UK Bans Travel From South Africa Over New CCP Virus Variant

UK Bans Travel From South Africa Over New CCP Virus Variant
A passenger walks past a sign directing people to a CCP virus testing site adjacent to Terminal 1 of Manchester Airport in Manchester, northern England, on Dec. 3, 2020. (Oli Scarff/AFP via Getty Images)
Alexander Zhang

The United Kingdom has banned travellers from South Africa to prevent the spread of a new variant of the CCP virus linked to the country.

“From 9 a.m. Thursday, Dec. 24, 2020, visitors arriving into England who have been in or transited through South Africa in the previous 10 days will not be permitted entry and direct flights will be banned,” the UK government said late Wednesday.

British and Irish nationals, visa holders, and permanent residents will be able to enter England but are required to self-isolate for 10 days along with their household, the government said in a statement.
This followed Health Secretary Matt Hancock’s revelation on Wednesday that a new variant of the CCP (Chinese Communist Party) virus which was first identified in South Africa had been detected in two patients in the UK.

“This new variant is highly concerning, because it is yet more transmissible, and it appears to have mutated further than the new variant that has been discovered in the UK,” Hancock said.

Hancock said the chief scientific adviser and the chief medical officer and others had worked with their South African counterparts over the last day, and the cases were detected thanks to the UK’s surveillance and “the impressive genomic capability of the South Africans.”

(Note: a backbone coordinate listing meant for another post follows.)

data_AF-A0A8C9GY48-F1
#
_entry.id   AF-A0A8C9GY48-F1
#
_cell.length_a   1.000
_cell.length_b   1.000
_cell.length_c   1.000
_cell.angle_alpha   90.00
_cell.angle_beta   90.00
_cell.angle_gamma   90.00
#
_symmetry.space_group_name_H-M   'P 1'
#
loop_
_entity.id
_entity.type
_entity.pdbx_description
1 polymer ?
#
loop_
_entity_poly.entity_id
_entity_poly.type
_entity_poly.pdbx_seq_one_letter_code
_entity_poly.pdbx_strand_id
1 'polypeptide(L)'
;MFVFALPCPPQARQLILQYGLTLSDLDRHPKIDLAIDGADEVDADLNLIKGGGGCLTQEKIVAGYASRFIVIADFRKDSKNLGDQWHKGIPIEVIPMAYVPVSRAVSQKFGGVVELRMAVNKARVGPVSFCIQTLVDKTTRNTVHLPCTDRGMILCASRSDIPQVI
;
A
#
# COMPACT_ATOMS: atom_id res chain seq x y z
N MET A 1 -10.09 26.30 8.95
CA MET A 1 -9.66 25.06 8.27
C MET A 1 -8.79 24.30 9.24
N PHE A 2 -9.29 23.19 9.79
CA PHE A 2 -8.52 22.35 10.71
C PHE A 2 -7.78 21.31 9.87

Speaking at the same TV briefing, Dr. Susan Hopkins from Public Health England said the South Africa variant has very different mutations compared to the one found in the UK recently, but both of them “look like they’re more transmissible.”

The South Africa variant is being called 501.V2.

The UK government said it is “working closely” with international partners to understand the changes in the virus and is conducting further research in the UK to assess the risk.

The UK itself has been subject to travel bans by dozens of countries in Europe and beyond, after it revealed earlier this month it had detected a new variant of the virus.

Hancock on Dec. 14 told Parliament that the new variant of the CCP virus had been found in the UK. On Dec. 19, Prime Minister Boris Johnson said the new variant, named “VUI—202012/01,” could be up to 70 percent more transmissible than the old variant.
As a result, more than 50 countries around the world suspended flights from the UK. France suspended all travel from the UK for two days, including travel linked to goods transport by road, air, sea, or rail, causing fears that the UK's fresh food supplies may be impacted over the festive period.
Lily Zhou contributed to this report.
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